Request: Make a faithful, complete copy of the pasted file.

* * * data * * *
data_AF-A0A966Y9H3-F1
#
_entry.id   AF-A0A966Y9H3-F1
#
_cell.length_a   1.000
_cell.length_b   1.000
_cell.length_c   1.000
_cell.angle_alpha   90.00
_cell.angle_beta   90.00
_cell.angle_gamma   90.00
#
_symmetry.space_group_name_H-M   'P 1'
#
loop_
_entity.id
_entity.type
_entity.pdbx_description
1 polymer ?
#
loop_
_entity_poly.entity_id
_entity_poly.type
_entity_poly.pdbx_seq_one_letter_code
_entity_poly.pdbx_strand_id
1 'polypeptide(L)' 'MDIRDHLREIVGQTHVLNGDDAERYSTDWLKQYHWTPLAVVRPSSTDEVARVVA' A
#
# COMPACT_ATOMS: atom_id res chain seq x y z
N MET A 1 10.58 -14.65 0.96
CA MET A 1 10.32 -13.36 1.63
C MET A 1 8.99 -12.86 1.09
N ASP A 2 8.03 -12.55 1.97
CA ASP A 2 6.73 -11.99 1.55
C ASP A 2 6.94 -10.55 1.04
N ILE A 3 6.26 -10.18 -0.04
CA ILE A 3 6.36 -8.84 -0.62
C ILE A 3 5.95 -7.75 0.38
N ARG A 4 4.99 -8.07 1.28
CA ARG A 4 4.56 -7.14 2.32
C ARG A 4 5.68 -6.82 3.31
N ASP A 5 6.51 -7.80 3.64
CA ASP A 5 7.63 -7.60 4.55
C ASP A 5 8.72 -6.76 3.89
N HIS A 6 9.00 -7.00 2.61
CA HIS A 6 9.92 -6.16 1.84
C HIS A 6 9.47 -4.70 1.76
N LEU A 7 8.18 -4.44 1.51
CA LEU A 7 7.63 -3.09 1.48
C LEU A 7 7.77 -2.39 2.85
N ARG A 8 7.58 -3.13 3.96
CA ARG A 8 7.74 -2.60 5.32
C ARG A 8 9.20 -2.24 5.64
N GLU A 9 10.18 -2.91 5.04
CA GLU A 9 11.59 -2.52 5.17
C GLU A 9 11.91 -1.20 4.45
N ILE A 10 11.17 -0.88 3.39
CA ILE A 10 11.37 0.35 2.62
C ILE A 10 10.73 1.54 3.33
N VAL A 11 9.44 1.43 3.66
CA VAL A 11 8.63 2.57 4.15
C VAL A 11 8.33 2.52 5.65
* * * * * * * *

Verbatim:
data_AF-A0A966Y9H3-F1
#
_entry.id   AF-A0A966Y9H3-F1
#
_cell.length_a   1.000
_cell.length_b   1.000
_cell.length_c   1.000
_cell.angle_alpha   90.00
_cell.angle_beta   90.00
_cell.angle_gamma   90.00
#
_symmetry.space_group_name_H-M   'P 1'
#
loop_
_entity.id
_entity.type
_entity.pdbx_description
1 polymer ?
#
loop_
_entity_poly.entity_id
_entity_poly.type
_entity_poly.pdbx_seq_one_letter_code
_entity_poly.pdbx_strand_id
1 'polypeptide(L)' 'MDIRDHLREIVGQTHVLNGDDAERYSTDWLKQYHWTPLAVVRPSSTDEVARVVA' A
#
# COMPACT_ATOMS: atom_id res chain seq x y z
N MET A 1 10.58 -14.65 0.96
CA MET A 1 10.32 -13.36 1.63
C MET A 1 8.99 -12.86 1.09
N ASP A 2 8.03 -12.55 1.97
CA ASP A 2 6.73 -11.99 1.55
C ASP A 2 6.94 -10.55 1.04
N ILE A 3 6.26 -10.18 -0.04
CA ILE A 3 6.36 -8.84 -0.62
C ILE A 3 5.95 -7.75 0.38
N ARG A 4 4.99 -8.07 1.28
CA ARG A 4 4.56 -7.14 2.32
C ARG A 4 5.68 -6.82 3.31
N ASP A 5 6.51 -7.80 3.64
CA ASP A 5 7.63 -7.60 4.55
C ASP A 5 8.72 -6.76 3.89
N HIS A 6 9.00 -7.00 2.61
CA HIS A 6 9.92 -6.16 1.84
C HIS A 6 9.47 -4.70 1.76
N LEU A 7 8.18 -4.44 1.51
CA LEU A 7 7.63 -3.09 1.48
C LEU A 7 7.77 -2.39 2.85
N ARG A 8 7.58 -3.13 3.96
CA ARG A 8 7.74 -2.60 5.32
C ARG A 8 9.20 -2.24 5.64
N GLU A 9 10.18 -2.91 5.04
CA GLU A 9 11.59 -2.52 5.17
C GLU A 9 11.91 -1.20 4.45
N ILE A 10 11.17 -0.88 3.39
CA ILE A 10 11.37 0.35 2.62
C ILE A 10 10.73 1.54 3.33
N VAL A 11 9.44 1.43 3.66
CA VAL A 11 8.63 2.57 4.15
C VAL A 11 8.33 2.52 5.65